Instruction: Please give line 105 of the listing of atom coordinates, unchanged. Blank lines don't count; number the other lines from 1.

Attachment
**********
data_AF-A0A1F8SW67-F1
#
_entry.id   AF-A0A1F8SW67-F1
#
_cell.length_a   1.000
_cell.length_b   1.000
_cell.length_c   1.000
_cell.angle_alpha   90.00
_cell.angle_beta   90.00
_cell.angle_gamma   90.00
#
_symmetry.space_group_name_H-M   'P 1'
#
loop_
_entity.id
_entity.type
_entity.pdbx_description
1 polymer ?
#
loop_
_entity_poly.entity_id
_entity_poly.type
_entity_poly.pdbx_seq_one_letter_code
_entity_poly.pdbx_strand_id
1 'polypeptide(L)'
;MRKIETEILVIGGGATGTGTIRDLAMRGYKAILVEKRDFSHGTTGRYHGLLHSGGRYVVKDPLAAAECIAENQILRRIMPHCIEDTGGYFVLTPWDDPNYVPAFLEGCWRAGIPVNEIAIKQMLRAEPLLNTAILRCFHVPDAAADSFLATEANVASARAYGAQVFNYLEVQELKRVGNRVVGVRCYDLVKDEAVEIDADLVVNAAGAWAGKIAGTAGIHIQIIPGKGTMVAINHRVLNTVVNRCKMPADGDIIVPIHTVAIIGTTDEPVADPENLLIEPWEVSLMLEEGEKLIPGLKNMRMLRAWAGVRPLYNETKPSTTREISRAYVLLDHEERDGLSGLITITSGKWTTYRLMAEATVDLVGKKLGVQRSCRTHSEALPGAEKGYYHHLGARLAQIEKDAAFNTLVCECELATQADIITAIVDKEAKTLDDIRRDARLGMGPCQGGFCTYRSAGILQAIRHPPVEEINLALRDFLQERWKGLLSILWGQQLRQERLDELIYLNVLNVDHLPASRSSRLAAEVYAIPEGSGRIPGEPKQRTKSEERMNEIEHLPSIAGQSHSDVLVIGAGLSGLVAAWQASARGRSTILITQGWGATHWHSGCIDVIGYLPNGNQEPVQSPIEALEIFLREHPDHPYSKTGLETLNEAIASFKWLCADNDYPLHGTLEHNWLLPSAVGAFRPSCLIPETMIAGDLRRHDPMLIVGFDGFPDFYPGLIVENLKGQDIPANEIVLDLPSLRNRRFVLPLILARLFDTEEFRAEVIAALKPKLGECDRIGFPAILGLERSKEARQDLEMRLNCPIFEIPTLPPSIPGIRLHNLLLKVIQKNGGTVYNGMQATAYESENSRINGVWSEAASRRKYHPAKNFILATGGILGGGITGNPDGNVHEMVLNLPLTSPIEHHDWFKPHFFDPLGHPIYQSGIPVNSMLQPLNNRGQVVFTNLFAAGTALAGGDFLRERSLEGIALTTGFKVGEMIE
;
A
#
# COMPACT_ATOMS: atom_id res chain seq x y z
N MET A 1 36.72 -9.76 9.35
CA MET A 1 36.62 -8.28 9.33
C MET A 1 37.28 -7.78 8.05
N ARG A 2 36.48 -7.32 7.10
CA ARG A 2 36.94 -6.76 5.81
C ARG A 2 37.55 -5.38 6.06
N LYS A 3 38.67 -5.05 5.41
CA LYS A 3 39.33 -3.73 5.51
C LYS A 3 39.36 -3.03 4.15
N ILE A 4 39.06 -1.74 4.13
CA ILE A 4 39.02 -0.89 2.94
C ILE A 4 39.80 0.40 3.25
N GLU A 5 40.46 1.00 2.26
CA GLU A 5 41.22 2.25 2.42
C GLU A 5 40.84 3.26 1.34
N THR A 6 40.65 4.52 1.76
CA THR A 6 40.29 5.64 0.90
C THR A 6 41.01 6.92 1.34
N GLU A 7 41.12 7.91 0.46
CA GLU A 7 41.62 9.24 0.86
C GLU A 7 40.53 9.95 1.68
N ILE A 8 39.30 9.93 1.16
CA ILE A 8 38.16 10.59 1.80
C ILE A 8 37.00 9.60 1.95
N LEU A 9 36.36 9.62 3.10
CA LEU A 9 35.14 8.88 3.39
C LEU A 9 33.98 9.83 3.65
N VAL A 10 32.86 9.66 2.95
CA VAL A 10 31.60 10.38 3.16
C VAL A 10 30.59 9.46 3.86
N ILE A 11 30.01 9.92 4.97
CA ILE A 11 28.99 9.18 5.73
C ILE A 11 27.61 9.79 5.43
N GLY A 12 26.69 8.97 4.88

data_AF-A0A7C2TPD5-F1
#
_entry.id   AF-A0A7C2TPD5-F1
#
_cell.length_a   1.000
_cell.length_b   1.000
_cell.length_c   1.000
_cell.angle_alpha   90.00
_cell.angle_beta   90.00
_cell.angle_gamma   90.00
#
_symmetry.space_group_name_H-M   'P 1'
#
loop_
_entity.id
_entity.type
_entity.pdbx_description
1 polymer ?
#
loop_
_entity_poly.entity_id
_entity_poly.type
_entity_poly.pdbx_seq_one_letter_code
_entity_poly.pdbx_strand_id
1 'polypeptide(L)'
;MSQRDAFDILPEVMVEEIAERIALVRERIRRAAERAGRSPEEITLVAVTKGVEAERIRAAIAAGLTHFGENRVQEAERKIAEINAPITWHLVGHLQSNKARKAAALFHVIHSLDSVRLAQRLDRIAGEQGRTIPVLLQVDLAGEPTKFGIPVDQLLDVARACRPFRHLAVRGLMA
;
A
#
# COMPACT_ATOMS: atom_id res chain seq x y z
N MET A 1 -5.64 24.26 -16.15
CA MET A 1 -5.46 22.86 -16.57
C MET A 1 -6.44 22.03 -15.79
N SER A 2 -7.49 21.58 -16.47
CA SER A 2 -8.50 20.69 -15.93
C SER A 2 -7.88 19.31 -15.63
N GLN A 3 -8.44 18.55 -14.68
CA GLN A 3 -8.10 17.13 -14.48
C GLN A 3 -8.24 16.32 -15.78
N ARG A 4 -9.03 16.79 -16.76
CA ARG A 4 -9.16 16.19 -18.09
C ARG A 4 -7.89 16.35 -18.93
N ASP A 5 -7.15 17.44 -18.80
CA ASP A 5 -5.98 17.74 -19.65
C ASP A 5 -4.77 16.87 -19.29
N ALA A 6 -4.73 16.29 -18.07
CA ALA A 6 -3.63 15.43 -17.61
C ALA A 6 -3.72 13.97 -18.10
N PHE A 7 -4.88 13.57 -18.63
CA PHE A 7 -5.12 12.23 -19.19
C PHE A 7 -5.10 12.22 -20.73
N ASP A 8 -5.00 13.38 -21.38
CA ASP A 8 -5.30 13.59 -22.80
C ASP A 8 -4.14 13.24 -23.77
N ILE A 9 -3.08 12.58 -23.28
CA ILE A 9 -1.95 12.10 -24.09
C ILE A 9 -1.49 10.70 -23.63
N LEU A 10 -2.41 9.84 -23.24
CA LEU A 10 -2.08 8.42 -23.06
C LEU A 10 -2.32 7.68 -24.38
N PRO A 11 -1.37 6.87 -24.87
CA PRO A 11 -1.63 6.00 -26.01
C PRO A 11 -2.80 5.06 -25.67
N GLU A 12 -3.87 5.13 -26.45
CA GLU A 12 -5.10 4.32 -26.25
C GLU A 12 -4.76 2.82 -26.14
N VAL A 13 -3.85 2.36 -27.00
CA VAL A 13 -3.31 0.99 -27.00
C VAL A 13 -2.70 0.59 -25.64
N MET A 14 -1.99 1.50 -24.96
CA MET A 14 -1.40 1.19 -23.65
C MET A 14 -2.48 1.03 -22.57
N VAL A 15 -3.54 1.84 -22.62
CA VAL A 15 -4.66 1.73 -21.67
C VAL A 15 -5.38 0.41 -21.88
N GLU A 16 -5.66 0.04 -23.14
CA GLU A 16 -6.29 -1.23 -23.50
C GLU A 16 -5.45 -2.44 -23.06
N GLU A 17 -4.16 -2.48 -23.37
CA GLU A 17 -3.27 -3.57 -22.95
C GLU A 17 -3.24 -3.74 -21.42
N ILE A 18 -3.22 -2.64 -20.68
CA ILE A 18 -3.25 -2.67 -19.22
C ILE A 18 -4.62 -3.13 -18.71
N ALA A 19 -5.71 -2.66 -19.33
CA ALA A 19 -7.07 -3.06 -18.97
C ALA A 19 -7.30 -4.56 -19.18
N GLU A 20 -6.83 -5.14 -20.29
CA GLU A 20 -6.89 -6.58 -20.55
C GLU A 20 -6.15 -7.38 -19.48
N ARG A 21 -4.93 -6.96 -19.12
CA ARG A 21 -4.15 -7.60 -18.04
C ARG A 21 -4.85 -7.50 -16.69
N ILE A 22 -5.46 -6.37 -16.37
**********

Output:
CA ARG A 4 -9.16 16.19 -18.09